LOS ANGELES, Nov. 15, 2016 — The Center for Biological Diversity and Wishtoyo Foundation today sued U.S. officials for approving fracking in federal waters off California without sufficiently evaluating the risks. The suit points to offshore fracking pollution’s threats to the marine environment, public health, imperiled wildlife and sacred Chumash Native American cultural resources and sacred places.
Today’s suit follows Donald Trump’s election victory, which may embolden Republicans to try to end the longstanding prohibition on new drilling off the California coast. Oil companies will likely push to drill and frack in federal waters near Malibu and Orange County and even as far north as Humboldt County.
“Federal officials’ failure to carefully study the risks of offshore fracking is doubly disturbing after Trump’s election,” said Kristen Monsell, a Center attorney. “Every offshore frack increases the risk of poisoning our ocean, and that danger could now spread along our coast. Oil companies just dump fracking wastewater in the ocean, and we’re swimming in it along with the whales and sea turtles.”
The Bureau of Ocean Energy Management and the Bureau of Safety and Environmental Enforcement decided to allow offshore fracking in California in May, after releasing a cursory environmental assessment of the practice. The assessment fails to fully disclose the chemicals and their effects on marine life and water quality, citing information gaps, yet it acknowledges that the chemicals can be hazardous. The assessment admits that offshore fracking will prolong offshore oil and gas activities, extending the life of aging infrastructure and increasing the risk of yet more devastating oil spills.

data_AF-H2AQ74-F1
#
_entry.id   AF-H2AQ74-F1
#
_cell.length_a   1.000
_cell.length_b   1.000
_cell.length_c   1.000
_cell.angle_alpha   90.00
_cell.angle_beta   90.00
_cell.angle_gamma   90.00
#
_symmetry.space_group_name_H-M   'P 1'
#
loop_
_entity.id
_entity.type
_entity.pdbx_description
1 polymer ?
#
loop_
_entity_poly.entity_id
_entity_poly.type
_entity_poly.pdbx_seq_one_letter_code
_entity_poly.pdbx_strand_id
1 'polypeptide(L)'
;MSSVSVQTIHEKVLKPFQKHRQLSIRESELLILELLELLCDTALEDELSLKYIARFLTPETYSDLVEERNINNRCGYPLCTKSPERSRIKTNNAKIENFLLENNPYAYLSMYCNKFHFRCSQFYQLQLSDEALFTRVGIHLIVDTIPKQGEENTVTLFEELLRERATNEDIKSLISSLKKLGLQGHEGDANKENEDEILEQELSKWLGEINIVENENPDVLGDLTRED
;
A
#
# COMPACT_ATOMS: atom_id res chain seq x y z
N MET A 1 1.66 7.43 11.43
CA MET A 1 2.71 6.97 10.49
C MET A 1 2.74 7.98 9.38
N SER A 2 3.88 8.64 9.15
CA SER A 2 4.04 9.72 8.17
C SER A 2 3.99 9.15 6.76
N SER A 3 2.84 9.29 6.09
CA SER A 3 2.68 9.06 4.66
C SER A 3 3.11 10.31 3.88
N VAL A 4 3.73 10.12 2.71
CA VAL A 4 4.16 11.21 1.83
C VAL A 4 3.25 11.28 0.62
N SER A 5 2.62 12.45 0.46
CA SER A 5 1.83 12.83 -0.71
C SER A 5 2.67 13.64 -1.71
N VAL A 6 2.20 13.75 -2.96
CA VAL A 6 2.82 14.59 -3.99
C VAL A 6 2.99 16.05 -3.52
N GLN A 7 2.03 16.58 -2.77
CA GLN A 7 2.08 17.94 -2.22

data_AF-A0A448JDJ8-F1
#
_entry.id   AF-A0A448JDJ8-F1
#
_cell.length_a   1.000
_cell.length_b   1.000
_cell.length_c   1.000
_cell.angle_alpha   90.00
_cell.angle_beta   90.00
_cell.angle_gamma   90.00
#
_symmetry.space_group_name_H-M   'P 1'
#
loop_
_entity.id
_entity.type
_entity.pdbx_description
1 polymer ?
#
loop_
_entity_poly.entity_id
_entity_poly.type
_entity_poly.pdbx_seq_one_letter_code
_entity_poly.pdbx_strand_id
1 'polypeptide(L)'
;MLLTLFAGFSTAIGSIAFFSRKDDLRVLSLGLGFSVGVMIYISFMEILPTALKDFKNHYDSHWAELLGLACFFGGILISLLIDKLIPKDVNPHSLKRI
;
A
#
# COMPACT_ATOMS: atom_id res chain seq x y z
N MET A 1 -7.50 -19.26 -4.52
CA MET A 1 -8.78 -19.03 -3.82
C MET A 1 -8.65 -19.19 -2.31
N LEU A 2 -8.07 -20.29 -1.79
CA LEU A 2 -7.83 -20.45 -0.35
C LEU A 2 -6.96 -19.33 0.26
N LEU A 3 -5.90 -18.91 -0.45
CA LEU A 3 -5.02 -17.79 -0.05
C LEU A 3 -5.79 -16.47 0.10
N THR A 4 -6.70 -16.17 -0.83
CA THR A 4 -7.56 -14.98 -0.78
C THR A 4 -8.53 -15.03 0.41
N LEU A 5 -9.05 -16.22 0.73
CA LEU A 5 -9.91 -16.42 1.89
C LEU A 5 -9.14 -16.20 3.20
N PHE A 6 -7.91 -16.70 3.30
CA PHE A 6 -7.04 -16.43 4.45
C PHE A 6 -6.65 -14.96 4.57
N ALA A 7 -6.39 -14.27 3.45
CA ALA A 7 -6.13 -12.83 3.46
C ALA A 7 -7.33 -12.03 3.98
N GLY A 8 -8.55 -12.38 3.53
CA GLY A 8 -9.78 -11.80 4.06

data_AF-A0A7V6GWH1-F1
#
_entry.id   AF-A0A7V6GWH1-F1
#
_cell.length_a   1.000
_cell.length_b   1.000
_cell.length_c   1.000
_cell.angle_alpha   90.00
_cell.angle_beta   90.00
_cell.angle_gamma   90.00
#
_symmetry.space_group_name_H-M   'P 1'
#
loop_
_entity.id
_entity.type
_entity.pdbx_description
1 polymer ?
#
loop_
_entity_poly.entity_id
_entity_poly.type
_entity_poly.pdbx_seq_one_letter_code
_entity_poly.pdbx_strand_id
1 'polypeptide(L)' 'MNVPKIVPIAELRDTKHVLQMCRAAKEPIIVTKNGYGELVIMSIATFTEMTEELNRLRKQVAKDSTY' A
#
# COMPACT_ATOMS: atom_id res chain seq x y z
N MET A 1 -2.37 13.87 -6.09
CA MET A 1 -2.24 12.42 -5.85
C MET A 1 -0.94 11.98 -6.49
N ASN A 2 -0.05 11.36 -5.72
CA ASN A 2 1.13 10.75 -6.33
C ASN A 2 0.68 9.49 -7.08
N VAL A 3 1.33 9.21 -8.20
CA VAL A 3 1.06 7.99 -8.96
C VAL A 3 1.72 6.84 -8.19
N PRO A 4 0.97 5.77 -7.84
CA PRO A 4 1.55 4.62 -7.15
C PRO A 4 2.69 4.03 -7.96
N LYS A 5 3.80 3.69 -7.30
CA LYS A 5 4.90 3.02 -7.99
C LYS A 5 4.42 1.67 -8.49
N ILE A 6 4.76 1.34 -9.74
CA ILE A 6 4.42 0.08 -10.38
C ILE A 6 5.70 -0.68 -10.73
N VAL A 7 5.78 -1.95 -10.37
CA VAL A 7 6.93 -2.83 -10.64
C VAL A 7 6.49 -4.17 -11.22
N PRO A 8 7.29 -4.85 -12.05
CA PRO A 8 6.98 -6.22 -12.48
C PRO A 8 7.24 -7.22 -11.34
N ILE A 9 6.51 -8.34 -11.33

“It is beyond belief that the Bureaus failed to examine the impacts to the natural and cultural resources the Chumash maritime peoples depend upon to sustain our lifeways and connect with our ancestors,” said Mati Waiya, Chumash ceremonial elder and Wishtoyo Foundation executive director.
The Santa Barbara Channel is one of the most biologically diverse seascapes in the world. It contains a vast array of habitats and marine life, including giant kelp forests and threatened and endangered blue whales, sea otters and sea turtles. The channel, home to the Chumash peoples for more than 13,000 years, contains submerged Chumash village sites, ancestral remains, traditional fishing grounds and historical tomol (canoe) routes still used by the Chumash, as well as sacred Chumash natural cultural marine resources such as kelp forests, dolphins, swordfish and abalone.
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Today’s lawsuit, filed in federal court in Los Angeles, asserts that the bureaus’ approval of offshore fracking without first completing an environmental impact statement violates the National Environmental Policy Act. The suit also asserts that the government’s failure to consult with expert wildlife agencies to analyze offshore fracking’s harm to threatened and endangered species violates the Endangered Species Act.
At least 10 fracking chemicals used in offshore fracking in California could kill or harm a broad variety of marine species, including sea otters and fish, Center scientists have found. The California Council on Science and Technology has identified some common fracking chemicals to be among the most toxic in the world to marine animals.
Oil companies in the Santa Barbara Channel have federal permission to dump up to 9 billion gallons of produced water — including fracking chemicals — into the ocean every year.
The lawsuit seeks a court order prohibiting the federal government from approving fracking in federal waters off California’s coast unless and until it complies with the National Environmental Policy Act and Endangered Species Act.
The Obama administration could forestall expanded drilling off the California coast under the Outer Continental Shelf Lands Act, which gives the president authority to “withdraw from disposition any of the unleased lands of the Outer Continental Shelf.”